Garry Dillon is raced on lease by Messrs E B S Grey and J H Shaw from his Southland breeder, Mrs E M Kirk. A seven-year-old bay gelding by Garrison Hanover(imp), who is now close to the top of the sires' list for the current season. Garry Dillon is out of Regina Dillon, by Dillon Hall out of Regina Pointer, by Logan Sun out of Regina de Oro, by Copa de Oro from Regina, a famous foundation mare whose descendants include Native Chief, Logan Chief, Grand Mogul and a host of other class performers; but this was the first New Zealand Cup winner from the family.
Garry Dillon has now won 12 races and £11,042 5s, including Tuesday's £100 gold Cup. The cup was presented by the Minister of Internal Affairs (Mr D Seath). Robin Dundee's stake-winnings have reached £23,055, plus around £5000 in Australia.
Despite a showery, gloomy morning, the attendance was good, 17,482 compared with 18,000 last year. The weather cleared after the second race. The on-course betting on the Cup was £27,353, an increase of £4850 on last year; the off-course Cup total, £36,842, was £1829 up on last year. The totalisator, on-course, handled £230,015 (including £23,644 10s on the double) compared with £216,064 10s last year. The off-course total was £211,674 15s (including £104,503 5s on the double), compared with £196,592 10s last year.
On a sticky track the time was relatively slow - 4:22.4 for the winner. Sectional times were: Half-mile 64.8; Mile 2:12.8; Mile and a half 3:19.8.
J P Baker, who trains Garry Dillon at Morrinsville, Auckland, told of Garry Dillon's arrival at Addington as late as last Friday following a 600-mile trip by float after a flight from Auckland had to be cancelled. Baker would have driven Garry Dillon himself but for meeting with an accident in recent weeks which injured his ribs and broke his collar-bone. Baker gives unstinted credit to veteran Cambridge trainer C G Lee for his assistance in the training of Garry Dillon in recent weeks, and also his care of the horse on his trying float trip south.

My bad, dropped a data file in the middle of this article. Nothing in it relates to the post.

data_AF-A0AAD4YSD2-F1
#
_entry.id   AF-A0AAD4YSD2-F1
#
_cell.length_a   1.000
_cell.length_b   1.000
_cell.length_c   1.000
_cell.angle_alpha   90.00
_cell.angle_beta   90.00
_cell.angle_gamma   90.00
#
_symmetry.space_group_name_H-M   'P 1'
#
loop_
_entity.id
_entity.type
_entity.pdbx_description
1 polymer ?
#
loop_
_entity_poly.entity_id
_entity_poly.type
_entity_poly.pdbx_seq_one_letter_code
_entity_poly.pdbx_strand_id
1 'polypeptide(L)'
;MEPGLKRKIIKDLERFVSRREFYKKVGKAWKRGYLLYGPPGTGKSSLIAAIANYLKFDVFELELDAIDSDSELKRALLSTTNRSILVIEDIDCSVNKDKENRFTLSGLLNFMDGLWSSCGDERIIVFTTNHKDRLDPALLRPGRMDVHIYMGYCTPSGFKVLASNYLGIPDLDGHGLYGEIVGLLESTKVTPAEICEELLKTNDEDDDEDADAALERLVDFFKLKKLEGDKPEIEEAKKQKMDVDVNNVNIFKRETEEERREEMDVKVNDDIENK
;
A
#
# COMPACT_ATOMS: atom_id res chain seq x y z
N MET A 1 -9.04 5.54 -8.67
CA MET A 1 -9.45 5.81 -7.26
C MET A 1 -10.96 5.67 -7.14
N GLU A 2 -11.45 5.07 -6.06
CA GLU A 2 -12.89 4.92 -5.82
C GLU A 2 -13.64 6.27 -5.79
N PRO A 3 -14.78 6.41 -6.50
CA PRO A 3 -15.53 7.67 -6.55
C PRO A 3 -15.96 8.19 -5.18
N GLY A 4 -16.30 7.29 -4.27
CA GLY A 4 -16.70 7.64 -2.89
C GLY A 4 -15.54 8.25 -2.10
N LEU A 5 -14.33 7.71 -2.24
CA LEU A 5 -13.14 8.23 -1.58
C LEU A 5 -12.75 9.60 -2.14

P T Wolfenden was driving his second NZ Cup winner in the last three years - he drove Cardigan Bay in 1963 when, incidentally, Robin Dundee was also second to him.
Credit: 'Ribbonwood' writing in NZ Trotting Calendar
1965 NZ FREE-FOR-ALL
Robin Dundee gained a runaway win in the NZ Free-For-All on Friday and her success was well received by the crowd. Robin Dundee enjoyed a grand run in behind the two leaders, Anarca Direct and Gay Robin. Peerswick sprinted up passing the two furlongs but once M Holmes pulled Robin Dundee out she soon had full control of the situation.
Her success was her 17th and she has also been placed 40 times for £24,355 in stakes in New Zealand and more than £5000 in Australia. Robin Dundee paced her last half mile in 59.8 sec, the full journey taking 2:37.
Fairly well back early, Orbiter put in some telling work over the concluding stages for third. A win for this capable pacer shortly would be popular. Lordship backed out as the barrier was released and was a clear last soon after the start. His fourth placing was not devoid of merit. Garry Dillon made one of his rare lapses at the start and was never really dangerous afterwards.
Credit: 'Irvington' writing in NZ Trotting Calendar
1965 DOMINION TROTTING HANDICAP
Mighty Chief led for the greater part of the journey and then ran out a decisive winner of the Dominion Handicap. He was well rated by driver D J Townley and his success was all the more meritorious as Mighty Chief was having only his second start for the season. At his first appearance Mighty Chief was narrowly beaten by When at the Banks Peninsula meeting.